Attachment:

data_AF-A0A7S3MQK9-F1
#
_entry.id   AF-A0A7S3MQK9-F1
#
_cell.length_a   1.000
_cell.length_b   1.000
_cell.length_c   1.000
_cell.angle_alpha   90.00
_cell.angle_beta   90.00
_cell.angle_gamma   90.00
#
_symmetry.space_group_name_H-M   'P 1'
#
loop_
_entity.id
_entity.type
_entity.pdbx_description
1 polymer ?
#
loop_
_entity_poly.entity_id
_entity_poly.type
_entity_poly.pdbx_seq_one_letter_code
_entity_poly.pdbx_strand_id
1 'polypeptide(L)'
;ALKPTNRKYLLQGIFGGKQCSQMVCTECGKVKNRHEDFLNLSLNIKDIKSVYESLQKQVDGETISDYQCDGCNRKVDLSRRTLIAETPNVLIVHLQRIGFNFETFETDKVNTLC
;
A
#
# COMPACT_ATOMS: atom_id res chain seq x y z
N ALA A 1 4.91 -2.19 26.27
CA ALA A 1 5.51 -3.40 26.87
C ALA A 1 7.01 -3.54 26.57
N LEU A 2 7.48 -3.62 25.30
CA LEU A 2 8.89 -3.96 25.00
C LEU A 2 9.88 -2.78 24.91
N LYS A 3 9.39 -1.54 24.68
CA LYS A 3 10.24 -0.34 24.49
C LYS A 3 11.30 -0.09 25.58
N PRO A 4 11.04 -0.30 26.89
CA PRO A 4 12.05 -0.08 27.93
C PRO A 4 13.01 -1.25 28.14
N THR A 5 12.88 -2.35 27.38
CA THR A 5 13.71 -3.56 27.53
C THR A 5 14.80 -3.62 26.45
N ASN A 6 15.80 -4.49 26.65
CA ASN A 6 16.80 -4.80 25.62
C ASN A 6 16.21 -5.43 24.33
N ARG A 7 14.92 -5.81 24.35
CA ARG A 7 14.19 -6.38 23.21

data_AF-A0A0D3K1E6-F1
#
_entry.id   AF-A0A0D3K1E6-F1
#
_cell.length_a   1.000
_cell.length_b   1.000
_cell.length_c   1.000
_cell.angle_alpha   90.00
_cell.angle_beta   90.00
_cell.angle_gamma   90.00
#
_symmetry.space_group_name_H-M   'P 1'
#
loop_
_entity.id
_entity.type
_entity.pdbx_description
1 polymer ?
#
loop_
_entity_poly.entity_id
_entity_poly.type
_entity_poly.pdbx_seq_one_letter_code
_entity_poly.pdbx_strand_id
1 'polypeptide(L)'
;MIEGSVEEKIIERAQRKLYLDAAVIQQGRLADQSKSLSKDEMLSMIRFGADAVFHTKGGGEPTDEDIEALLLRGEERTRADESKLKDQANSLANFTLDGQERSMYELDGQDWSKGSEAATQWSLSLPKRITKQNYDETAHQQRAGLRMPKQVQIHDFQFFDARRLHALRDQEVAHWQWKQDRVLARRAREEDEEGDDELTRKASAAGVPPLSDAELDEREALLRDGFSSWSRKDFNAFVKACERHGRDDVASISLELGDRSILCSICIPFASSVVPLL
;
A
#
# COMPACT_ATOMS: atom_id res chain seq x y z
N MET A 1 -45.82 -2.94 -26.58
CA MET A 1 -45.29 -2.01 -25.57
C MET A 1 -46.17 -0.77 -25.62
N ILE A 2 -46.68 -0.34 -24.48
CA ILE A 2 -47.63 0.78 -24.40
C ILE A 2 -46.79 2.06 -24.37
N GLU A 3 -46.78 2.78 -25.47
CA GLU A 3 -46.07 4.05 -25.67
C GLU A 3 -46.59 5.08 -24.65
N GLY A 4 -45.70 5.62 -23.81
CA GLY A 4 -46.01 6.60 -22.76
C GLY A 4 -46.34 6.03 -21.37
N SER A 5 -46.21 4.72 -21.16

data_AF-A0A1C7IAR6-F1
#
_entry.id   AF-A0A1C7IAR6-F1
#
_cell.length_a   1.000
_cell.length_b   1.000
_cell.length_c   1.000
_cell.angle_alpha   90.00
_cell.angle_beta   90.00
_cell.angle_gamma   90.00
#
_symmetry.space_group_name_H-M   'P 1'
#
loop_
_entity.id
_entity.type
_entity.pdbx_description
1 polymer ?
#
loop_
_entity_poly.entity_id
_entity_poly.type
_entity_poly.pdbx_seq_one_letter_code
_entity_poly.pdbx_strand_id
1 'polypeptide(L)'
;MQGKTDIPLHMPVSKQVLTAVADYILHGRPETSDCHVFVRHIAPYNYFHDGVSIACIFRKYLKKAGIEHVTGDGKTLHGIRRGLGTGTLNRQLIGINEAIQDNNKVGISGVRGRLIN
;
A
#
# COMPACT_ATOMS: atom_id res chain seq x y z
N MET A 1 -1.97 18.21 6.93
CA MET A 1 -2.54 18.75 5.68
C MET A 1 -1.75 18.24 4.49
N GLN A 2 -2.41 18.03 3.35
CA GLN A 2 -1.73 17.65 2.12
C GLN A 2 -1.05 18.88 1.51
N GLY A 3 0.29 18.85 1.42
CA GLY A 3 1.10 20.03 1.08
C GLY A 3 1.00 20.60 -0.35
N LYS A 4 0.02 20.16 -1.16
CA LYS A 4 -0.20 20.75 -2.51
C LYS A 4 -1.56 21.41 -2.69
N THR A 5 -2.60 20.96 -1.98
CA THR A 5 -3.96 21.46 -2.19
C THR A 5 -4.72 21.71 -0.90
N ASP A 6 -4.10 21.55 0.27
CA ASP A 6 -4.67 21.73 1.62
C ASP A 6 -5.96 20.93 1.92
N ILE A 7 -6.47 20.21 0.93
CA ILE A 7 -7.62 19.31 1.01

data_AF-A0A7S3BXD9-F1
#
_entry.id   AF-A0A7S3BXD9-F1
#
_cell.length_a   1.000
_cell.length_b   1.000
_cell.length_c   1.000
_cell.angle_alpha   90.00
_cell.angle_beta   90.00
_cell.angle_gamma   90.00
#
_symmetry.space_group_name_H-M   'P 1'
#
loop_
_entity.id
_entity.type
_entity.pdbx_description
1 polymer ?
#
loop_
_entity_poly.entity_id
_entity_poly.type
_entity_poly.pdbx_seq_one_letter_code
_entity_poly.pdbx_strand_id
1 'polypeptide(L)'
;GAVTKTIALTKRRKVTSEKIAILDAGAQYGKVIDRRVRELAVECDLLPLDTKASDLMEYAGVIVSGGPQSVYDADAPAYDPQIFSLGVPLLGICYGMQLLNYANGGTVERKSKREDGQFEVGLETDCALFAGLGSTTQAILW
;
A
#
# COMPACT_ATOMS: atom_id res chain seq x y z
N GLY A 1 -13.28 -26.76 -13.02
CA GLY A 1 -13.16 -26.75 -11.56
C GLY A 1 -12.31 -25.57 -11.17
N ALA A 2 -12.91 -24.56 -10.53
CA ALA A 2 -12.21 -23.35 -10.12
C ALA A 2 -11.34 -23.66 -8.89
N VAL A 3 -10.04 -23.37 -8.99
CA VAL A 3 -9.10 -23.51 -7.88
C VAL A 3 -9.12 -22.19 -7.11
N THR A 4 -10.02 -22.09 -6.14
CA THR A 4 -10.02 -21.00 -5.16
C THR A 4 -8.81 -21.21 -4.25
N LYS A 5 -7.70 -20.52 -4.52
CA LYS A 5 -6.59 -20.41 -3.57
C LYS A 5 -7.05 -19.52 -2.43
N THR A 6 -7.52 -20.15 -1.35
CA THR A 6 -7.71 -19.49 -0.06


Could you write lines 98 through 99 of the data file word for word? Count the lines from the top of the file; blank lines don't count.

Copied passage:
_cell.length_a   1.000
_cell.length_b   1.000